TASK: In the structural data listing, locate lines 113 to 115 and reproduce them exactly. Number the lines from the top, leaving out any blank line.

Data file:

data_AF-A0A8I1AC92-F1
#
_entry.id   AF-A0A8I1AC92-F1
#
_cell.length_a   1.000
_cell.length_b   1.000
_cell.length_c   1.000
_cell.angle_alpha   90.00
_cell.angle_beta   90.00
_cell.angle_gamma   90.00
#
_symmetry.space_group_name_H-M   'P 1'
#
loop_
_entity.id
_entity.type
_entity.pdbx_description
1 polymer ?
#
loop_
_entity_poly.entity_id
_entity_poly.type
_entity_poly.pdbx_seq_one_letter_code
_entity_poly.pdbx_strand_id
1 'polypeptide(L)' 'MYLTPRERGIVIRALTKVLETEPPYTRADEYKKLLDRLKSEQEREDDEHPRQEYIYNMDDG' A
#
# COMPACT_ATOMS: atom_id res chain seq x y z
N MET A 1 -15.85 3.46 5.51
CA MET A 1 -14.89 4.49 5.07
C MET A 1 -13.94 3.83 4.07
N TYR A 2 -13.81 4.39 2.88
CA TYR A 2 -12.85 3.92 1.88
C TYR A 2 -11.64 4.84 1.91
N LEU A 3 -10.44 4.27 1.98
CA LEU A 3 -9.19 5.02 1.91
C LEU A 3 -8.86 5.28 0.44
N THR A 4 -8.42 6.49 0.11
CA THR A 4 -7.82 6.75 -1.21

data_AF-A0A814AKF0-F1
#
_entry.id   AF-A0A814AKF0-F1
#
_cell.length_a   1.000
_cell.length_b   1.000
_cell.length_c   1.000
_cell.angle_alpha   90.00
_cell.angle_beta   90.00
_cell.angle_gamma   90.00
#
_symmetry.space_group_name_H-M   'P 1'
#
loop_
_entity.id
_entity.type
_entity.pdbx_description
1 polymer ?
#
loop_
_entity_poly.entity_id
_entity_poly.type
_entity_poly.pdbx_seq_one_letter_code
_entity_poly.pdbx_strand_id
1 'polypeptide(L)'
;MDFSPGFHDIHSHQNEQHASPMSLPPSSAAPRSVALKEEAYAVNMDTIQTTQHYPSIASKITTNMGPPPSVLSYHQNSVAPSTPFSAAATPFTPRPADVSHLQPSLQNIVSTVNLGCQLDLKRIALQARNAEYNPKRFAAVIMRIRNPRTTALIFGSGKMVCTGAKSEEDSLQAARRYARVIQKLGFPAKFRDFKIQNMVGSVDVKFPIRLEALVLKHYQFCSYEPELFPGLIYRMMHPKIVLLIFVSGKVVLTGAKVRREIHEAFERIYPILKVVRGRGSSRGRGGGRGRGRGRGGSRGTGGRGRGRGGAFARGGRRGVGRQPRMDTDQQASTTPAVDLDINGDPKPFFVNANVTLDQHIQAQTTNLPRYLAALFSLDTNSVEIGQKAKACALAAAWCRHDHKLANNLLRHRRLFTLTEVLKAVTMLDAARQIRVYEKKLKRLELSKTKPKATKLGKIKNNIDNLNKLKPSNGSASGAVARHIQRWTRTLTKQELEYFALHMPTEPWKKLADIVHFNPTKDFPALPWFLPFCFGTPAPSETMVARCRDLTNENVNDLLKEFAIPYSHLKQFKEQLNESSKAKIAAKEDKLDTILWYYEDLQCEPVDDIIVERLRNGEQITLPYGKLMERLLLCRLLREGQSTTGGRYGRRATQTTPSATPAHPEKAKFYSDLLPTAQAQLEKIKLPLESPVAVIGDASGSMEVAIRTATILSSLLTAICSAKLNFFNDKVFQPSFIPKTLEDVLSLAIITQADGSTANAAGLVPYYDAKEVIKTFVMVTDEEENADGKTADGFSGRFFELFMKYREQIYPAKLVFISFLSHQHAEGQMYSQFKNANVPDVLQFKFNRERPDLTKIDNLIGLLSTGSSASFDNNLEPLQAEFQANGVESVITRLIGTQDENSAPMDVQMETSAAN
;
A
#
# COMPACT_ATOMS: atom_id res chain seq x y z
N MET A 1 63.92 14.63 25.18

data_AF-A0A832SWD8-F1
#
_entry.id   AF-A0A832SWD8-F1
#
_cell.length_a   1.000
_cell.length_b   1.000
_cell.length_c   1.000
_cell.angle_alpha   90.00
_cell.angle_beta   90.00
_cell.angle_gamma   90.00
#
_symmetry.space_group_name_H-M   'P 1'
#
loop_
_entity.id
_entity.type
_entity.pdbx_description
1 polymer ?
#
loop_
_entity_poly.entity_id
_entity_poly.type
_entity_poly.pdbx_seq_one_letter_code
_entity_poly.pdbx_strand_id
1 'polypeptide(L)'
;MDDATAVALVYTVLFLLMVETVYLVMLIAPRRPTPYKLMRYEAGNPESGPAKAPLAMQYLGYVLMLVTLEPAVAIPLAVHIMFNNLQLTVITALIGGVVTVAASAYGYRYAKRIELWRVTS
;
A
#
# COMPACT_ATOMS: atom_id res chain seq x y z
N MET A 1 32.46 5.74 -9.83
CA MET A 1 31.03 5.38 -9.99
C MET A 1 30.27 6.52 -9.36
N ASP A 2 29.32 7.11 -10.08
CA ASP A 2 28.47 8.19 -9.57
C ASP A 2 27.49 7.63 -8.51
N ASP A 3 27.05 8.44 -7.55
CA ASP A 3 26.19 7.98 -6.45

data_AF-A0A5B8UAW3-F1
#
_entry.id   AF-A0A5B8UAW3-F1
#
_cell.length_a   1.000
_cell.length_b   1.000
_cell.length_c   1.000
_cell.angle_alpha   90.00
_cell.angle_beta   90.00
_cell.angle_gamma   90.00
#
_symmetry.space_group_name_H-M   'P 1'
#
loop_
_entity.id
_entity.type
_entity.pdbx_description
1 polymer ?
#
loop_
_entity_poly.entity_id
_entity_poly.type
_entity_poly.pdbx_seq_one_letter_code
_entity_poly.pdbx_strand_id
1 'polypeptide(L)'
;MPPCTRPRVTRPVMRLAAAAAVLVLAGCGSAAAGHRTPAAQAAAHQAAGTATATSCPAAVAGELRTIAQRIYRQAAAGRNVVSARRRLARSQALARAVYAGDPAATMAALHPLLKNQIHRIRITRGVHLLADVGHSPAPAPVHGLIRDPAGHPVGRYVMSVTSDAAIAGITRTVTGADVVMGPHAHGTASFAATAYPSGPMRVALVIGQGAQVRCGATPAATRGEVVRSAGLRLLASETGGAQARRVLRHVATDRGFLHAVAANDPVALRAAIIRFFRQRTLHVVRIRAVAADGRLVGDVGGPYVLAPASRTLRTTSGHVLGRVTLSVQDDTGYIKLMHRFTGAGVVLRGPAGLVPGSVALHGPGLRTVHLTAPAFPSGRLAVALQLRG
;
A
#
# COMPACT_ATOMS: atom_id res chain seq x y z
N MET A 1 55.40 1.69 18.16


_cell.length_b   1.000
_cell.length_c   1.000
_cell.angle_alpha   90.00